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Weight Loss Does Not Protect OA Knees

A new study presented at the Radiological Society of North America (RSNA) shows that obese people with substantial weight loss may significantly slow down the rate of joint space narrowing (cartilage degeneration) in the knee cartilage, but only if they lose weight through diet and exercise or diet alone; excercise alone is insufficient. 

Obesity is a major risk factor for osteoarthritis (OA), or acceleration of OA and ultimately the need for total knee replacement.

Gersing et al studied 760 patients from the from the Osteoarthritis Initiative who had a BMI >25 and had mild to moderate osteoarthritis.  Patients were divided into A) 380 patients who lost weight, and B) a control group of 380 patients who lost no weight.

Patients were followed for 8 years (96 mos) and studied according to how they achieved their weight loss : diet and exercise vs. diet alone and exercise alone. The researchers used MRI to quantify knee osteoarthritis at the beginning of the study, at 48 months and at 96 months.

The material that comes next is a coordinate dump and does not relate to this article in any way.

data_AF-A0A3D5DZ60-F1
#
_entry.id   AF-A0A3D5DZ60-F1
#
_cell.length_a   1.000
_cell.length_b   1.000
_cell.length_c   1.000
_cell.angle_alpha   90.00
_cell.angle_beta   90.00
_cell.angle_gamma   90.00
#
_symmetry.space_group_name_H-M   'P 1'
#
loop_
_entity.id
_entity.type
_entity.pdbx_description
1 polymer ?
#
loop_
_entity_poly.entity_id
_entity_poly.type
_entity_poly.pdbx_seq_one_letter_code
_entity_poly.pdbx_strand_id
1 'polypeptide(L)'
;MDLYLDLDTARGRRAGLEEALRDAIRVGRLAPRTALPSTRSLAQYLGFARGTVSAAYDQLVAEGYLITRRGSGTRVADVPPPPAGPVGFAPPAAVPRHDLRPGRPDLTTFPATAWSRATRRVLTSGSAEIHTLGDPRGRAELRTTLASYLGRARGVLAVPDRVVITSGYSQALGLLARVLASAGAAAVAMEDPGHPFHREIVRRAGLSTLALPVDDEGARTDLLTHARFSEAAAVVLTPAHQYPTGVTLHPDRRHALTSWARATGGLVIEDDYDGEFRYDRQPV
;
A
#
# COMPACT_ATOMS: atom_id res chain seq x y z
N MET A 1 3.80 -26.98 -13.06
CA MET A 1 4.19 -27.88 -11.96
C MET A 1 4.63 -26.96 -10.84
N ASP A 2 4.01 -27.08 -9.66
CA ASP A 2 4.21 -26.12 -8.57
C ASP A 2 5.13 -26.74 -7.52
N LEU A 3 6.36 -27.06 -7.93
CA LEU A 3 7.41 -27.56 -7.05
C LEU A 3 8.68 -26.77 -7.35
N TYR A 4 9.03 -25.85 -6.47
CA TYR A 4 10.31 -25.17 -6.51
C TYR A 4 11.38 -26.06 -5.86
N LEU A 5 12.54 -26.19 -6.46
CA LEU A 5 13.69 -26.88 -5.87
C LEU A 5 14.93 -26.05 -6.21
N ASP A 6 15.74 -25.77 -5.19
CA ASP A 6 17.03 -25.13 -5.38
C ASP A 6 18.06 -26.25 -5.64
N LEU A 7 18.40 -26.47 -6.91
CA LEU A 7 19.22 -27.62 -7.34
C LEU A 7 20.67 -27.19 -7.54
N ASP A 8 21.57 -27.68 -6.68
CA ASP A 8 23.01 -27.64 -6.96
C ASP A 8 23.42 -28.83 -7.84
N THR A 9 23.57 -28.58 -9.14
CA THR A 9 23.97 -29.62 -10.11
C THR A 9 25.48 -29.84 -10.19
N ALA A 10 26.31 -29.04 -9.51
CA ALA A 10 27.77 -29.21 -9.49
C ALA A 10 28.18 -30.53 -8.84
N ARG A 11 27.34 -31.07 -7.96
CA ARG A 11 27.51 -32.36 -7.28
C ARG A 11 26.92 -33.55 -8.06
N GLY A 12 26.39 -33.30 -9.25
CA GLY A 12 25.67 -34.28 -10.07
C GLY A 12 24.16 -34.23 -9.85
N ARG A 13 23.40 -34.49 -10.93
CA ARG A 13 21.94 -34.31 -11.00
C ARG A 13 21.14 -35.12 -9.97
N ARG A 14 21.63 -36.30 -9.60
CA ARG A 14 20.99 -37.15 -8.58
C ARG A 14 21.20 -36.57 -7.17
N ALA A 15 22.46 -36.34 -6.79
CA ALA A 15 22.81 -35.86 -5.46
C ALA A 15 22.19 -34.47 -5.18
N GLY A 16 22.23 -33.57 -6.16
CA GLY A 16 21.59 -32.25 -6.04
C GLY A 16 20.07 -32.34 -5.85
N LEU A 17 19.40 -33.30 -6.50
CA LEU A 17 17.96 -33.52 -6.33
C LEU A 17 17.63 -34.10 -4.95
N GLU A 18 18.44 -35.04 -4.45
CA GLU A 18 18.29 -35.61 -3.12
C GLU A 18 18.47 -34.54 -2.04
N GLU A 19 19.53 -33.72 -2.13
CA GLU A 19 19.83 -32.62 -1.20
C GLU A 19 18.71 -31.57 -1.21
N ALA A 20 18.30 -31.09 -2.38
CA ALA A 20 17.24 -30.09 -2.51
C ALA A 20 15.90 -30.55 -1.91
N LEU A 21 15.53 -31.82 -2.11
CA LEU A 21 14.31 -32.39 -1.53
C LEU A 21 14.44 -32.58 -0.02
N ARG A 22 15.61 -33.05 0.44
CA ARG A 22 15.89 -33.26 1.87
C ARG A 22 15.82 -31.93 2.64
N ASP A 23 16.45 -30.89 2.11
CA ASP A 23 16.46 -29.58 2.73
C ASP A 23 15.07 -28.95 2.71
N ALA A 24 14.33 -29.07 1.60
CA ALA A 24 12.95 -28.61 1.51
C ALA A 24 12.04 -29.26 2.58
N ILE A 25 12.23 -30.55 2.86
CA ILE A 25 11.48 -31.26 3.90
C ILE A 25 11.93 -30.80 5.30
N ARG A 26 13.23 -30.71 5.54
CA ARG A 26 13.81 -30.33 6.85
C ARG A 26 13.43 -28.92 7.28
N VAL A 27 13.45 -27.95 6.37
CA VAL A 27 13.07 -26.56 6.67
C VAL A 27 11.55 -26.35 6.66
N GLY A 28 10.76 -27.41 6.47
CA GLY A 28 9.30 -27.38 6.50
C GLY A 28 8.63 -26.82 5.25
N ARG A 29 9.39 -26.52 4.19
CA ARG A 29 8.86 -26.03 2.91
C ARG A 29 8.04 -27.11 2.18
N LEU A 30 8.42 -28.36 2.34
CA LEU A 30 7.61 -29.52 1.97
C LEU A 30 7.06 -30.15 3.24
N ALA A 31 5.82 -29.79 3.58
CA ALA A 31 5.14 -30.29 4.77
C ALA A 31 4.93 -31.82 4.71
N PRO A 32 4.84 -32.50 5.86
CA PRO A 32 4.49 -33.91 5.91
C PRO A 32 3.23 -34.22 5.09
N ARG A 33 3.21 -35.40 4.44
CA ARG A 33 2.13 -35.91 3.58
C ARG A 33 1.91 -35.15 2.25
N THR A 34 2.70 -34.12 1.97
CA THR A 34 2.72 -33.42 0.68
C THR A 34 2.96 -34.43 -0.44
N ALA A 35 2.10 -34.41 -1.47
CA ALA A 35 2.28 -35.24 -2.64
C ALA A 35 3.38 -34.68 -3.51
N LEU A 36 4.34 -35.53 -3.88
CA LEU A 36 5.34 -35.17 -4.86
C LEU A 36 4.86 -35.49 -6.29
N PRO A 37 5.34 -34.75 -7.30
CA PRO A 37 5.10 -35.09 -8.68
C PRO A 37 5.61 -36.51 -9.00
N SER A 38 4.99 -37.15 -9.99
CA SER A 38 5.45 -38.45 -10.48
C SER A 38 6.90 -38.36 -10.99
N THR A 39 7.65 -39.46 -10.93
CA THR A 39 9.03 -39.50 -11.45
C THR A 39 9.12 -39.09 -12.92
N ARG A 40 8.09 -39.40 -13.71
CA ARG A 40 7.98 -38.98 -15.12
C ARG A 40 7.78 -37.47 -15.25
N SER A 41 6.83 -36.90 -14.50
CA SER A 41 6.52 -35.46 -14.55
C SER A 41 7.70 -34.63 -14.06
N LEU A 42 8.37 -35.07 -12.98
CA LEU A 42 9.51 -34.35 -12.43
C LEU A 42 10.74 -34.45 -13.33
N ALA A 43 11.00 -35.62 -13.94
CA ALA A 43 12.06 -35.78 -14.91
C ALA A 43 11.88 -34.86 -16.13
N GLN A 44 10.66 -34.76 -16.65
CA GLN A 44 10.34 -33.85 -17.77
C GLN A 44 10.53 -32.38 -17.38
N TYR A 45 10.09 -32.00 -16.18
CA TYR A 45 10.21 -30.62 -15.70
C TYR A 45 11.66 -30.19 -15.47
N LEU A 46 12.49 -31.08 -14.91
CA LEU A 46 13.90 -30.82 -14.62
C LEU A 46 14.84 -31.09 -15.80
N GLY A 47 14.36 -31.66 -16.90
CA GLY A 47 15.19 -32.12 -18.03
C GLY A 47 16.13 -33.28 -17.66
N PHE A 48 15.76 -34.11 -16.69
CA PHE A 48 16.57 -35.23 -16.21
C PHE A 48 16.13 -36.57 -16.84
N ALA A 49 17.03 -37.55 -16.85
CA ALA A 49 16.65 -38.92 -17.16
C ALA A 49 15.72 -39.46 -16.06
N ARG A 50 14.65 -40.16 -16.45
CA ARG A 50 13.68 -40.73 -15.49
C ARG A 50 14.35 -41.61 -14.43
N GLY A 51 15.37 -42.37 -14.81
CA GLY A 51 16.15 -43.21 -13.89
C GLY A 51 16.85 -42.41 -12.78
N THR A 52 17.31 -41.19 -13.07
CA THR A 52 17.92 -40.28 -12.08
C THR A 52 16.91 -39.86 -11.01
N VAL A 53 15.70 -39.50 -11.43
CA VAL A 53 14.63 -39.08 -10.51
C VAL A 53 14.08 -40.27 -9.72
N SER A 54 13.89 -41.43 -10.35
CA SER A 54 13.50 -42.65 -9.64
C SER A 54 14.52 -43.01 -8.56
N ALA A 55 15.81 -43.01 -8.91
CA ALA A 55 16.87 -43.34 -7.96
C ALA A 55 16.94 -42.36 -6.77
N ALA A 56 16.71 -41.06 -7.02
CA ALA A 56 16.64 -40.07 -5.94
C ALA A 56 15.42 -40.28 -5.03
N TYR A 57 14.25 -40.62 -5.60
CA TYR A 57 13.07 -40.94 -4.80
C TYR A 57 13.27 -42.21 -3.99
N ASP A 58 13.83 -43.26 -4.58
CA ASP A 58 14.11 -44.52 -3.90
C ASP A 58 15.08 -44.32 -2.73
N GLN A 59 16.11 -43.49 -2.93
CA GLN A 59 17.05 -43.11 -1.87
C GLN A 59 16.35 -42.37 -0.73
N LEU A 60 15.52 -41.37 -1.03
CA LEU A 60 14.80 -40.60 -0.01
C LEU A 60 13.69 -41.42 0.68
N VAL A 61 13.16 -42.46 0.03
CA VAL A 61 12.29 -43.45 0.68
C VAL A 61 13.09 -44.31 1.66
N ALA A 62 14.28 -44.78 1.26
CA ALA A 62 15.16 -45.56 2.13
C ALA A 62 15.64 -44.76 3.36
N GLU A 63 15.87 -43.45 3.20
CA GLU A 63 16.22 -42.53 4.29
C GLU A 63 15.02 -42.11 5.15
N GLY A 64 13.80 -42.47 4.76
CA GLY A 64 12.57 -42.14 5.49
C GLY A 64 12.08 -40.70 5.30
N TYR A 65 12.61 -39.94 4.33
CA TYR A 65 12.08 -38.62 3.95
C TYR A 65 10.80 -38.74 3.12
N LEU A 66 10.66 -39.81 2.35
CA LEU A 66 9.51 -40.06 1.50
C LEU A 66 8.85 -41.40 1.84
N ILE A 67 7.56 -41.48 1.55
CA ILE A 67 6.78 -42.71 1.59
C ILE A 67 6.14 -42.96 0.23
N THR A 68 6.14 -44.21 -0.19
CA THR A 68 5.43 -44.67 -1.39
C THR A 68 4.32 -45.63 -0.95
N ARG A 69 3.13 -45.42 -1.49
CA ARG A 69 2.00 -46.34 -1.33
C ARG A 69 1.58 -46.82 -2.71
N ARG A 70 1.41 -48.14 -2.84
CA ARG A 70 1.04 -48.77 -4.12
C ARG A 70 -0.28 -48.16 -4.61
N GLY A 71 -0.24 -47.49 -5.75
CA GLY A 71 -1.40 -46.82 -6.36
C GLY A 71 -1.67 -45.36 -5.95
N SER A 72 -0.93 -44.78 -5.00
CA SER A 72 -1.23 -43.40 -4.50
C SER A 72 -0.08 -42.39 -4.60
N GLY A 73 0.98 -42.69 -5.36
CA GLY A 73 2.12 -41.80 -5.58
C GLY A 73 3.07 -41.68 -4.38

Not surprisingly, cartilage loss was significantly less in the weight loss group, compared to the control group over the 96 months. However, this finding was only in those who lost weight through diet and exercise or diet alone.

Weight loss through exercise alone showed no significant difference in cartilage degeneration, compared to the group who lost no weight.

Weight loss has been shown to slow down cartilage degeneration in overweight and obese individuals, but it was unclear if the method used to lose weight made a difference.

These findings suggest that a comprehensive approach to weight loss may be needed to protect OA knees from further damage.  

Disclosures: 
The author has no conflicts of interest to disclose related to this subject

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